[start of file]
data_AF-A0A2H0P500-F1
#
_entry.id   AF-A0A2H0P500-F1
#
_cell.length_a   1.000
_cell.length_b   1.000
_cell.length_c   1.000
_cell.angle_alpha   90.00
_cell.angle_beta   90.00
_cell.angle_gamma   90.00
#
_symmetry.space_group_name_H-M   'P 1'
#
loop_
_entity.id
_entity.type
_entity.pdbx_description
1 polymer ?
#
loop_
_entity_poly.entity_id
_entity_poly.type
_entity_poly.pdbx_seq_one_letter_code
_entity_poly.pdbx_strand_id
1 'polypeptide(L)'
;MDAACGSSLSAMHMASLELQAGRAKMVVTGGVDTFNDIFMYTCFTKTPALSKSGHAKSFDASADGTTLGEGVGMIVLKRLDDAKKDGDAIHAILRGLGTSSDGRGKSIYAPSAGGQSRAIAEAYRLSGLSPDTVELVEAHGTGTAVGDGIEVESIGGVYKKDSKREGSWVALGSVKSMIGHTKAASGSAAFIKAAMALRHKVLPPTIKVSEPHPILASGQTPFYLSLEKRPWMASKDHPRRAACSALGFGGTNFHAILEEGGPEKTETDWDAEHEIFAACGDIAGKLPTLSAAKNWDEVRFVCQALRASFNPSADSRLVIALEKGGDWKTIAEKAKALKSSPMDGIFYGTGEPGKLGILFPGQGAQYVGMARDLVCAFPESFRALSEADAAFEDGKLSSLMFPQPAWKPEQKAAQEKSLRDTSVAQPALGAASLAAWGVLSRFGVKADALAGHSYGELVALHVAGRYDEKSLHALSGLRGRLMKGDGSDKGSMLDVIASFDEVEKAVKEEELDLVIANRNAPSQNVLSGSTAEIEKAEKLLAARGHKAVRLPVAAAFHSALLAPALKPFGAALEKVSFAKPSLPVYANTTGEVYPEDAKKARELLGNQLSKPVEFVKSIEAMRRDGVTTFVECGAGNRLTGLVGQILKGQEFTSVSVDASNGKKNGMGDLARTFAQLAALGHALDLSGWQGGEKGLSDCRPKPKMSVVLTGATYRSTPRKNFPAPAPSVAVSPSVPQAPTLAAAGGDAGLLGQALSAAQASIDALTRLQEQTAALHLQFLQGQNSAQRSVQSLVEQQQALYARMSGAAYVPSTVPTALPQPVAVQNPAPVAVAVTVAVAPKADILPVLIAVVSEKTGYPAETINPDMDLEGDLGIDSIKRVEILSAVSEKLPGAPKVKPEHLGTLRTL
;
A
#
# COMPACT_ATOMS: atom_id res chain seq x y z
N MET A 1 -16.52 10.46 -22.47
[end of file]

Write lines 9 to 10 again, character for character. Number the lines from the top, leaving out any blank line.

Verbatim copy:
_cell.angle_beta   90.00
_cell.angle_gamma   90.00